The Blog

Winston Churchill’s July 4 Message to America

Allies in War, in Peace Friends.

12:30 AM, Jul 4, 2010 • By JOSEPH LOCONTE
Widget tooltip
Single Page Print Larger Text Smaller Text Alerts

The celebration of American Independence has a way of illuminating the Anglo-American relationship, especially during times of war. Although July 4, 1776 marked the date when the American people dissolved "the political bands which have connected them" with Great Britain, July 4, 1940 signified just the opposite: the moment when the two great democracies solidified their “special relationship.” Seventy years ago, British prime minister Winston Churchill delivered a speech before the House of Commons that masterfully rebuked the United States for sitting on the sidelines while Britain stood alone to defend freedom against totalitarianism. Churchill’s insights are worth recalling during our own season of war, when the historic ties between the two nations seem frayed and in doubt.

Winston Churchill’s July 4 Message to America

The speech was occasioned by the dramatic events of the previous day, July 3, when Churchill ordered the Royal Navy to destroy the French fleet in North Africa. Breaking a solemn agreement with Britain, France had just signed an armistice with Nazi Germany. It represented a colossal and dangerous betrayal: After the Royal Navy, the French possessed the most powerful fleet in European waters; they held the balance of power in the early stages of the Second World War. Churchill calculated, quite correctly, that if the French vessels were seized by the enemy, Britain would lose the war.


The prime minister pleaded with Franklin Roosevelt for 50 American warships, warning that the Nazi threat to the United States was growing rapidly. But the president, on the advice of his ambassador in London, Joseph P. Kennedy, was persuaded that sending the warships would be a waste of American resources. Kennedy—a liberal defeatist and an appeaser of Hitler—had filed dispatches claiming that Britain would surely surrender to the Germans and was not worth supporting. To make matters worse, it was an election year. Ever the political animal, FDR promised to keep the country out of another European war: “The United States of America shall and must remain un-entangled and free.” Roosevelt even suggested that Churchill send the Royal Navy to Canada to prevent it from falling into Nazi hands—a proposal interpreted as a cynical effort to save the United States at the expense of Britain. America’s message to the British people was clear: expect no help from the United States in the war against fascist evil.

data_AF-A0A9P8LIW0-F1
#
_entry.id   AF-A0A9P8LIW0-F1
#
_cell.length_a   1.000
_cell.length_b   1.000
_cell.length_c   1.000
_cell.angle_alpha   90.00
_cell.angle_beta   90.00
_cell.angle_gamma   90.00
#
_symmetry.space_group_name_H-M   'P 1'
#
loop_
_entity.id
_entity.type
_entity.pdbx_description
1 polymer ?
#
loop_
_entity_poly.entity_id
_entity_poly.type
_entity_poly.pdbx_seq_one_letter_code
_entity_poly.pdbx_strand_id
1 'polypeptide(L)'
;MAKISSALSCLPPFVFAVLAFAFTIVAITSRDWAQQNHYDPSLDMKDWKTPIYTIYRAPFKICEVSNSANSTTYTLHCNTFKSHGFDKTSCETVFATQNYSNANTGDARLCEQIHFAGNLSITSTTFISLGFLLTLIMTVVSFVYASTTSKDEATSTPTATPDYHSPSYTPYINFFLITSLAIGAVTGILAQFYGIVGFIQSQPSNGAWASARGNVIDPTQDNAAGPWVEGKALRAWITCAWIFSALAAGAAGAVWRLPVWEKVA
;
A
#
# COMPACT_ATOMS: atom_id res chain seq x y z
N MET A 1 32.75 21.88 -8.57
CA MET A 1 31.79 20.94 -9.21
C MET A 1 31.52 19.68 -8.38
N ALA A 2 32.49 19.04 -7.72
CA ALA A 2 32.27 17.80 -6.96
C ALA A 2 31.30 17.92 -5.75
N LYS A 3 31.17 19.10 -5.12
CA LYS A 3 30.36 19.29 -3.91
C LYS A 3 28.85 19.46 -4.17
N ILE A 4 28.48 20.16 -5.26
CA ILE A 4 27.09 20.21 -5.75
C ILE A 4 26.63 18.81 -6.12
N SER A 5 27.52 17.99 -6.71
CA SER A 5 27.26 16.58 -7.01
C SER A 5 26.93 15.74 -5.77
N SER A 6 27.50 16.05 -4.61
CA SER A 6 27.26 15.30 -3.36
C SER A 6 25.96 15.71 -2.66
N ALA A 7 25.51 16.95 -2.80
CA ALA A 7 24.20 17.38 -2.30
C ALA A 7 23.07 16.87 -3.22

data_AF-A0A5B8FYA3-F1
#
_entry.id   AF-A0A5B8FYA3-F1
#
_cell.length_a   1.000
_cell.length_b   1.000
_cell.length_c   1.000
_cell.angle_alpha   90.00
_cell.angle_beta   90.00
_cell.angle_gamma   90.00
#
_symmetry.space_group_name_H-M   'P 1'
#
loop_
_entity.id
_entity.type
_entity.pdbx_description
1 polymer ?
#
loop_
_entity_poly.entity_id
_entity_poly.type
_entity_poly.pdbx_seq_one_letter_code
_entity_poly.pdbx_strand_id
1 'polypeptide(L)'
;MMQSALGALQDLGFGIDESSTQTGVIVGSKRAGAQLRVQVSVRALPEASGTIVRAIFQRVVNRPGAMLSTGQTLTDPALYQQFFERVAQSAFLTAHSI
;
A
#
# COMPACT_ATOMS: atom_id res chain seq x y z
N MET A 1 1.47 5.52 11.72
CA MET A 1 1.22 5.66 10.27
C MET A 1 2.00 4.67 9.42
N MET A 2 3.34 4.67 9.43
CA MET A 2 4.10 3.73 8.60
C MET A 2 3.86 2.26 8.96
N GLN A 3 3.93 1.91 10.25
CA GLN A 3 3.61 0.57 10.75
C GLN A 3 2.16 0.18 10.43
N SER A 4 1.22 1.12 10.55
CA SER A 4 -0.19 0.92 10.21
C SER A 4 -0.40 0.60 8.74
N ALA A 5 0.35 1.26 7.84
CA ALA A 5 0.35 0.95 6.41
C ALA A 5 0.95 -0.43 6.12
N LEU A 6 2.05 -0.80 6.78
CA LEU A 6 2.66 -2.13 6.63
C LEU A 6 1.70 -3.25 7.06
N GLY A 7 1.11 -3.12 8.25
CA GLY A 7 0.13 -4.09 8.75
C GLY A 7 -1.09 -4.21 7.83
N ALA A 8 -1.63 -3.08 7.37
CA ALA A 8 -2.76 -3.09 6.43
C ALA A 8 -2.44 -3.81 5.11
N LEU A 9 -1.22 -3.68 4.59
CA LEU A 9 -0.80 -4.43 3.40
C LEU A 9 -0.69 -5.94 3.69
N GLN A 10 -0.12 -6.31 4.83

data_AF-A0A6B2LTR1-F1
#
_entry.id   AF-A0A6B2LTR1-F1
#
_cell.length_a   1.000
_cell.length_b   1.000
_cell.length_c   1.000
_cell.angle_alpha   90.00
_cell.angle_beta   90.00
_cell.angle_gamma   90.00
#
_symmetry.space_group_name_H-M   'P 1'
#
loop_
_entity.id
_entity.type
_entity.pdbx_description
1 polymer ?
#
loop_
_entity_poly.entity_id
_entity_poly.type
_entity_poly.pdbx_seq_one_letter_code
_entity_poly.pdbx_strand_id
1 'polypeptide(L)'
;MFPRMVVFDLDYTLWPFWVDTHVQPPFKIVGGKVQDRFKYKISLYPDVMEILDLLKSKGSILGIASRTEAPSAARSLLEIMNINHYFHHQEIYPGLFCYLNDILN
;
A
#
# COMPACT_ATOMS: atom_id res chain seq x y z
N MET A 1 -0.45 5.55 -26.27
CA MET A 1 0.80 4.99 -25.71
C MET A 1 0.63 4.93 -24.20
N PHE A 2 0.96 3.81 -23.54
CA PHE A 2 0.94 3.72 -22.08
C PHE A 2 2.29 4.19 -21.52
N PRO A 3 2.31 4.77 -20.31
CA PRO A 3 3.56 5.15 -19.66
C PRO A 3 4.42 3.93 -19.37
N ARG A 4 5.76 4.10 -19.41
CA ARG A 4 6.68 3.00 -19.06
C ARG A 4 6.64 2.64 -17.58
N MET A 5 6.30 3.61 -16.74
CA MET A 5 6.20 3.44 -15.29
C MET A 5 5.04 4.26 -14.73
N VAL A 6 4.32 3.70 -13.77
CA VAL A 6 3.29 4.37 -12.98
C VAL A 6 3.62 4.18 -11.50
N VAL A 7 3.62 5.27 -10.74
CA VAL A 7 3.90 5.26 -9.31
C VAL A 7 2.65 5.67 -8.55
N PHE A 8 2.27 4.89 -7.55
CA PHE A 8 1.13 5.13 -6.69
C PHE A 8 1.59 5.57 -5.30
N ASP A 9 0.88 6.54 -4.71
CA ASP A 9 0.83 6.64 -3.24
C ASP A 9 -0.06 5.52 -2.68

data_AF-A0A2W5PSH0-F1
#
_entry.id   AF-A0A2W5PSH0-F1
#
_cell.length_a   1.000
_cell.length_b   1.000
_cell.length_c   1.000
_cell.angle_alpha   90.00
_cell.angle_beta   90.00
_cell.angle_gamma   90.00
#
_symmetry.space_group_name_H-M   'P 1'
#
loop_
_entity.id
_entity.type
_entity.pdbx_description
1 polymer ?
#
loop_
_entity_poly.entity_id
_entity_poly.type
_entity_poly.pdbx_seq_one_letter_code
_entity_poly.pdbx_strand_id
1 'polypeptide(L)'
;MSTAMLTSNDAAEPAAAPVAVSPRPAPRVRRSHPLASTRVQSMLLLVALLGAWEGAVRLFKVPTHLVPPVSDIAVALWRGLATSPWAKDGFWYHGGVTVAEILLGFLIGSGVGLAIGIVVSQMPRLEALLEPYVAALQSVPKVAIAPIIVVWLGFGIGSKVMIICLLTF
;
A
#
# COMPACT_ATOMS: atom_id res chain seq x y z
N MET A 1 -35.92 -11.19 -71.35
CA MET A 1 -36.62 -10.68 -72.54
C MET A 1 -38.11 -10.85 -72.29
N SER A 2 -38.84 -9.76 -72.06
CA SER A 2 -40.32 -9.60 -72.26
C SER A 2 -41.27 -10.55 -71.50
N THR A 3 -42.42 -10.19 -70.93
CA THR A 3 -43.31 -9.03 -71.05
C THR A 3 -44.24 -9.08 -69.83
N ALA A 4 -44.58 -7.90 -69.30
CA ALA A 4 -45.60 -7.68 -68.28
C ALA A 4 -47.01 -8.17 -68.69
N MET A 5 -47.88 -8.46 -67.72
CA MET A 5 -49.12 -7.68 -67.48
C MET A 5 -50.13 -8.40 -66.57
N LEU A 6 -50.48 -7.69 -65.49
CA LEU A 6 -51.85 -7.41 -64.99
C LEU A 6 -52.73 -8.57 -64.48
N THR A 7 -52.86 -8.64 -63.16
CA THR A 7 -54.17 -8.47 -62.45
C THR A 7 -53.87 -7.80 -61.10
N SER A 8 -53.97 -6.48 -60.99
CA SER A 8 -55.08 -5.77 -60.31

Churchill revealed his frustration in a telegram to his ambassador in Washington: “I don’t think words count for much now. Only force of events can govern them.” The force of events was pushing the British leader toward a horrific decision. There was no time for lengthy deliberations. Churchill offered the French commanders a choice: join the British and continue the fight for freedom, sail to a British port and be repatriated—or prepare to be sunk. The French were given just six hours to make up their minds. Vice-Admiral Sir James Somerville, who had helped rescue over 100,000 Frenchmen during the evacuation at Dunkirk, led the assault. With a “severe measure of force” and a heavy loss of French lives, the fleet was destroyed.

The prime minister later called the order “a hateful decision” and contrary to all his instincts—except the desire to preserve Britain’s survival against a totalitarian nightmare.

Churchill’s martial resolve, reinforced in his July 4 speech to Parliament, demolished American doubts about Britain’s mettle. In the process, he challenged the nation’s democratic friends to join the struggle against international terrorism and tyranny. “I call upon all subjects of His Majesty, and upon our Allies, and well-wishers—and they are not a few—all over the world, on both sides of the Atlantic, to give us the utmost aid,” he said. “In the fullest harmony with our Dominons, we are moving through a period of extreme danger and of splendid hope, when every virtue of our race will be tested, and all that we have and are will be freely staked.”

Here was Churchill’s moral realism on display. Most everyone expected a German invasion of Britain at any moment, a trial whose outcome was uncertain, but which certainly would cause unspeakable suffering and destruction. Nevertheless, with a keen sense of the transcendent meaning of the moment, Churchill summoned his nation to find the courage required for survival. “This is no time for doubt or weakness,” he said. “It is the supreme hour to which we have been called.”

Recent Blog Posts